Mining claims can be “located” on private land with a federal mineral estate if a locatable mineral discovery has been made.

locatable minerals include
Locatable Minerals include:
  • Gold (lode or placer), copper, silver and other metalliferous minerals;
  • Minerals used as gemstones;
  • Bentonite clay;
  • Uranium, thorium and other fissionable minerals; Titanium minerals
  • Gypsum (calcium sulfate)
  • Uncommon varieties of sand, stone, gravel, pumice, pumicite, cinders and clay
2 leaseable minerals mineral leasing act of 1920
2. LeaseableMinerals (Mineral Leasing Act of 1920):
  • Oil and gas, coalbed natural gas, coal, potassium, sodium, phosphate, oil shale, native asphalt, solid and semi-solid bitumen, and bituminous rock(including oil-impregnated rock/sands from which oil is recoverable only by special treatment after the deposit is mined or quarried)
  • Chloride minerals, trona, sulfates,

carbonates, borates, silicates or

nitrates of potassium and sodium

  • Allows for collection of a royalty from the

mineral producer paid to the U.S.

3 saleable minerals mineral materials act of 1947 others
3. Saleable Minerals (Mineral Materials Act of 1947 & others):
  • Common varieties of sand, stone, gravel, pumice, pumicite, cinders and clay
  • Have a normal quality, and a value for ordinary uses such as road building and construction, and include ordinary deposits of clay, limestone, and sand & gravel
  • Dimension and decorative stone resources such as common varieties of granite, gneiss, or limestone, and boulders of varying common variety rock materials
slide14

Wyoming is one of 17 “minority” states that does not recognize common variety materials such as sand & gravel, sandstone, limestone, dolomite, granite, gneiss, or scoria as “minerals” that can be reserved in a deed for private or state lands.

  • To be a “mineral”, the material must be “rare and exceptional in character and value”.
  • Case law that has helped to establish this in Wyoming includes:
    • Miller Land and Mineral Co. v. Highway Commission (Wyo., 1988);
    • Cumberland Mineral Co. v. U.S. (513 F. 2d 1399 (1975) 206 cl. ct. 797 (1975); and
    • Watt v. Western Nuclear Inc. 462 U.S. 36 (1983).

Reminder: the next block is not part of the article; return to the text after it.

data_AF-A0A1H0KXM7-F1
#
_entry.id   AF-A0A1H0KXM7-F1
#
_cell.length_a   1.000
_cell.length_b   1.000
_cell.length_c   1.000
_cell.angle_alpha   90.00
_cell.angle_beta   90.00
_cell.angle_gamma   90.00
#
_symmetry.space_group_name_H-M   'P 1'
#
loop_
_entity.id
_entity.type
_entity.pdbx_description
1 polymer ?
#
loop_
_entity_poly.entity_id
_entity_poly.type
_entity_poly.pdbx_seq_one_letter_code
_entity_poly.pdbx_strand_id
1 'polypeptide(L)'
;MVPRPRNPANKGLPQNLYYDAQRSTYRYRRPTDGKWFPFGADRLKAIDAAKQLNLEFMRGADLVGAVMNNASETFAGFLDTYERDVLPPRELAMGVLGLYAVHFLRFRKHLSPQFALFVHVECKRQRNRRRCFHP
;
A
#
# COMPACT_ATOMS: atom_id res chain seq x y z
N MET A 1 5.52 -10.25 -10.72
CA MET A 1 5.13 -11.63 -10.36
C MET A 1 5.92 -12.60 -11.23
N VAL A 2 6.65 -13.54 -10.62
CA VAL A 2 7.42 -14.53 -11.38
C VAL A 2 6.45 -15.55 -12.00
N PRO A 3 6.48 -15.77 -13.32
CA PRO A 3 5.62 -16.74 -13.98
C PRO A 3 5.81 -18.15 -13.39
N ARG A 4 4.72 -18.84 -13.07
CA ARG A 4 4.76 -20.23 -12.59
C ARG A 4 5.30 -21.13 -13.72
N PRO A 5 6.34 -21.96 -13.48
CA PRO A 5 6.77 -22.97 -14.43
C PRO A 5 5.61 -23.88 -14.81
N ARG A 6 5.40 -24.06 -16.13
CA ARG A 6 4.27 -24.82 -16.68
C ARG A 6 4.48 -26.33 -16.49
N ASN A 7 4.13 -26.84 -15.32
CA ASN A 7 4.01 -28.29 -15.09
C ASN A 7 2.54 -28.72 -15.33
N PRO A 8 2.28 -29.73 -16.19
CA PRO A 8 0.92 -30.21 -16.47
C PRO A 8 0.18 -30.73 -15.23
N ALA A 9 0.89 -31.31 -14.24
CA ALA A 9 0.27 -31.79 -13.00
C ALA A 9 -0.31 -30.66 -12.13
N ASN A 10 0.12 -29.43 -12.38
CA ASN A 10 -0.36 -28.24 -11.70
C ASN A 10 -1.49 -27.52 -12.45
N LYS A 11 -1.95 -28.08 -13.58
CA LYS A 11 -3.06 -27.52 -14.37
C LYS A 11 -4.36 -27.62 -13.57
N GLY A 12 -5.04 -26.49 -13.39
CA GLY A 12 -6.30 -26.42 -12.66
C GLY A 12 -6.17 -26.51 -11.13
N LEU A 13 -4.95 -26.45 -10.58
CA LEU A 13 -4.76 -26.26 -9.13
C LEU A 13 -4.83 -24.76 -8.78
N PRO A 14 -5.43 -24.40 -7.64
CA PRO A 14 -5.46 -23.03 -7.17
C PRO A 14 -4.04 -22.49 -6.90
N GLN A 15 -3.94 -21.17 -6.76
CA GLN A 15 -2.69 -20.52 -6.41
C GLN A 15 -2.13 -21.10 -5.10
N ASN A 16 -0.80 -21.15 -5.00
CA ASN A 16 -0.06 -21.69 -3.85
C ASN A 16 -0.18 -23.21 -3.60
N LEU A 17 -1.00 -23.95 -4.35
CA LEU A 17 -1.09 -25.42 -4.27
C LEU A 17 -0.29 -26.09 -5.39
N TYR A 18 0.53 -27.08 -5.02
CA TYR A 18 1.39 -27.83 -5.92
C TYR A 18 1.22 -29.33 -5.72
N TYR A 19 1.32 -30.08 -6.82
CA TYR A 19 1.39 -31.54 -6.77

slide15
Typical Split Estate Example:

Private surface/ Federal Minerals

SENW Sec. 10 T.52N., R.104W.:

  • Surface estate owned by Mr. and Mrs. Cody

2)“All minerals” were reserved to the United States at time of patenting, under the Stock Raising Homestead Act (1916)

3) Oil & gas estate is leased to Wyoming Oil Co. by the U.S. (Bureau of Land Management)

4) Mr. Lander locates two 20-acre mining claims on the locatable minerals beneath the surface estate, for both placer gold and uranium, after notifying Mr. and Mrs. Cody.

  • The U.S. owns any sand and gravel on the property (as per Watt vs. Western Nuclear), and can sell it to Wapiti Construction Company under contract
  • Should this land be included within a conservation easement? Most likely not.
options for land owners land trusts when mineral development potential exists
Options for land owners & land trusts when mineral development potential exists
  • Delineate portions of the potential conservation easement having mineral potential and remoteness if findings are mixed.
  • Delineate portions of the potential conservation easement having surface mining potential from subsurface mining potential.
  • Carve out problem areas from CE boundary.
  • Purchase or acquire severed mineral rights from mineral estate owner(s).
  • Negotiate a “donation” of mineral rights to the land trust from the mineral estate owner(s).
  • Consider effects on specific conservation values.
  • Source: www.bio-geo.com